In 2011, I announced I was trying to see every film released in 1939. This new series chronicles films released in 1939 as I watch them. As we start out this blog feature, this section may become more concrete as I search for a common thread that runs throughout each film of the year. Right now, that’s difficult.
The Under-Pup (1939)
Aug. 24, 1939
Gloria Jean, Robert Cummings, Nan Grey, Beulah Bondi, C. Aubrey Smith, Virginia Weidler, Margaret Lindsey, Shirley Mills, Paul Cavanagh, Billy Gilbert, Raymond Walburn, Frank Jenks, Billy Gilbert, Samuel S. Hinds, Ernest Truex, Doris Lloyd, Dickie Moore, Cecil Kellaway (uncredited), Jean Porter (uncredited)
Pip Emma (Jean) lives in New York City and is streetwise, loyal to her family and a beautiful singer. She wins a contest to go to summer camp with wealthy girls. Her excitement turns to dismay when they (Gillis, Mills) make fun of her. She only befriends one girl, Janet Cooper (Weidler), who is sad because her parents are getting a divorce. As Pip Emma stands up for herself, the girls slowly start to like her.
• Gloria Jean’s first feature film.
• By the numbers:
– Gloria Jean was in one film released in 1939.
– Beulah Bondi was in four films released in 1939.
– C. Aubrey Smith was in eight films released in 1939.
– Robert Cummings was in five films released in 1939.
– Nan Grey was in four films released in 1939.
– Virginia Weidler was in 10 films released in 1939.
– Margaret Lindsey was in four films released in 1939.
– Ann Gillis was in two films released in 1939.
– Raymond Walburn was in five films released in 1939.
– Billy Gilbert was in seven films released in 1939.
– Frank Jenks was in seven films released in 1939.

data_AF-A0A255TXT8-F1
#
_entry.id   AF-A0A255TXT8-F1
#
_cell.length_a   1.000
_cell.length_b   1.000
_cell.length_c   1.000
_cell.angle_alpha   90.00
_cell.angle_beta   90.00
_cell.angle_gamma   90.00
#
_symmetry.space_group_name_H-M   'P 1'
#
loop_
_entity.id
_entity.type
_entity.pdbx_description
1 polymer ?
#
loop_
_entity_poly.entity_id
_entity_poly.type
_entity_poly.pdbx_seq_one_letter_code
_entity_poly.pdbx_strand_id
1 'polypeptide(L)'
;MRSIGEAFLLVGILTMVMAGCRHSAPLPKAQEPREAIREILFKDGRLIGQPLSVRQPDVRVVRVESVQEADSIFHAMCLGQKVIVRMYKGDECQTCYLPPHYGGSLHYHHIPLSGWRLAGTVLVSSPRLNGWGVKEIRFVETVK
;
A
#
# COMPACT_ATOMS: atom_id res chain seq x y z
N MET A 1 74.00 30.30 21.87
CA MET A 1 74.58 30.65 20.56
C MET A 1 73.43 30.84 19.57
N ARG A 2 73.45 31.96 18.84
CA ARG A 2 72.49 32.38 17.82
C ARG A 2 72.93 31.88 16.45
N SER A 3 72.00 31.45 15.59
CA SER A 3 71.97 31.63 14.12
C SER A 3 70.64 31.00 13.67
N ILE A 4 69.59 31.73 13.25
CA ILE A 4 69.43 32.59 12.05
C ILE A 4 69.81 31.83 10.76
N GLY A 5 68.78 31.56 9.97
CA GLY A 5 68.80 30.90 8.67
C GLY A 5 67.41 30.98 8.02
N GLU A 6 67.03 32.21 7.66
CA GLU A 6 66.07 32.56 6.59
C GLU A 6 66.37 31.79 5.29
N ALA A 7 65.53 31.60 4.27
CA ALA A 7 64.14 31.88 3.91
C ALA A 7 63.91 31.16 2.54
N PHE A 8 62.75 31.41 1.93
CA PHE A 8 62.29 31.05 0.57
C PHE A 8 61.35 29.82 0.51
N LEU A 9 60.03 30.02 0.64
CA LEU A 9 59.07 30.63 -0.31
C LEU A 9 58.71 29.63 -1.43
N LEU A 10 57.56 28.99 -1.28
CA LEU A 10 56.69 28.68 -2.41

– Cecil Kellaway was in eight films released in 1939.
– Samuel S. Hinds was in 15 films released in 1939.
• Followed by “A Little Bit of Heaven” (1940), which isn’t exactly a sequel, but has tie-ins to “The Under Pup.” Gloria Jean sings “The Penguin Song” and several characters are similar.
• The radio version aired on Lux Radio Theatre on April 15, 1940, with Gloria Jean, C. Aubrey Smith and Nan Grey.
• The film premiered in Scranton, Pa.
My review: Searching for the “1939 feature”:
Until watching “The Under-Pup” (1939), I had only seen child star Gloria Jean in one other film.
In this light-hearted summer film, Gloria Jean plays Pip Emma, who lives in the city with her quirky family. In conversation, she is quick to mention any of her uncles who have unique jobs. Pip Emma wins a contest to attend an exclusive summer camp, but is quickly disillusioned when she finds that the snooty girls aren’t welcoming and pick on her — all except one. As a subplot, the camp counselors are a football hero, played by Robert Cummings, and a young woman sensitive to Pip Emma’s problems, played by Nan Grey. Beulah Bondi is the stuffy matriarch of the camp, and C. Aubrey Smith plays Pip Emma’s grandpa who is known for hitting people with his cane if he gets too angry. Along the way, Gloria Jean treats the audience (and her fellow campers) to songs.
The young opera singing actress started in films in 1939 and acted regularly for 10 years. But today, she seems relatively forgotten — which I imagine is the lack of access of her films.
At the time of writing this post, I could only find one of her film’s that was released on commercial DVD (co-starring with Bing Crosby). Others are randomly uploaded online or you can buy a grey market DVRed version on eBay (which I am not above purchasing.)
Unfortunately, the print of “The Under-Pup” (1939) that I watched was pretty bad.
And while I watched this delightful film with terrible picture quality, it hit home that film preservation and access to films is so important. Why are Gloria Jean’s films made at Universal Studios so difficult to find?
It’s disheartening that there are so many movies out there that we will never see, because they have slipped through the cracks of being restored and released by major film companies.
I digress. Though I didn’t watch the best print, I really enjoyed “The Under-Pup.” It was funny and Pip Emma had some great antics, like forcing a girl to eat too much ice cream to do poorly in a swim race.
Producer Joe Pasternak signed Gloria Jean to be similar to another Universal star, Deanna Durbin. Jean is spunky and sings beautifully.
Another highlight is Robert Cummings early in his career, and Virginia Weidler always a standout in any film. I also have a soft spot for films with lots of young talent.
This film also had some excellent insults in it:
“You silly Billy dilly!”
“Oh, go wash your neck.”
I may start incorporating these into my everyday life.
If you are a Gloria Jean fan, let me know your favorite films … and hopefully I can find them somewhere.
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